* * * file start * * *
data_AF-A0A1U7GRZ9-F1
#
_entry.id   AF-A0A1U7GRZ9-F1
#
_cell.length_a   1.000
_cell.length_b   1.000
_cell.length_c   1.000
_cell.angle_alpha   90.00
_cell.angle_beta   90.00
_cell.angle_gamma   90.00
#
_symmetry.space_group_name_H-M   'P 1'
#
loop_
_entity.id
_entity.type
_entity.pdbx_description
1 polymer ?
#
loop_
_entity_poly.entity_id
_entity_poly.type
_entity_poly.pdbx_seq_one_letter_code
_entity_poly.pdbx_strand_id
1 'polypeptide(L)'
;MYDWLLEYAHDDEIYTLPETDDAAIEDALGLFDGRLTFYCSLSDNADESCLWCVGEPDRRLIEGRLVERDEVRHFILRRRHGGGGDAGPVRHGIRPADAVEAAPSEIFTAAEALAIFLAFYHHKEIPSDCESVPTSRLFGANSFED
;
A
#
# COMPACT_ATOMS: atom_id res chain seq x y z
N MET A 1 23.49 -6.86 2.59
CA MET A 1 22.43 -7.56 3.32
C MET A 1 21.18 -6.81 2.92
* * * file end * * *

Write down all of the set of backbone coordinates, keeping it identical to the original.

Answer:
data_AF-A0A1U7GRZ9-F1
#
_entry.id   AF-A0A1U7GRZ9-F1
#
_cell.length_a   1.000
_cell.length_b   1.000
_cell.length_c   1.000
_cell.angle_alpha   90.00
_cell.angle_beta   90.00
_cell.angle_gamma   90.00
#
_symmetry.space_group_name_H-M   'P 1'
#
loop_
_entity.id
_entity.type
_entity.pdbx_description
1 polymer ?
#
loop_
_entity_poly.entity_id
_entity_poly.type
_entity_poly.pdbx_seq_one_letter_code
_entity_poly.pdbx_strand_id
1 'polypeptide(L)'
;MYDWLLEYAHDDEIYTLPETDDAAIEDALGLFDGRLTFYCSLSDNADESCLWCVGEPDRRLIEGRLVERDEVRHFILRRRHGGGGDAGPVRHGIRPADAVEAAPSEIFTAAEALAIFLAFYHHKEIPSDCESVPTSRLFGANSFED
;
A
#
# COMPACT_ATOMS: atom_id res chain seq x y z
N MET A 1 23.49 -6.86 2.59
CA MET A 1 22.43 -7.56 3.32
C MET A 1 21.18 -6.81 2.92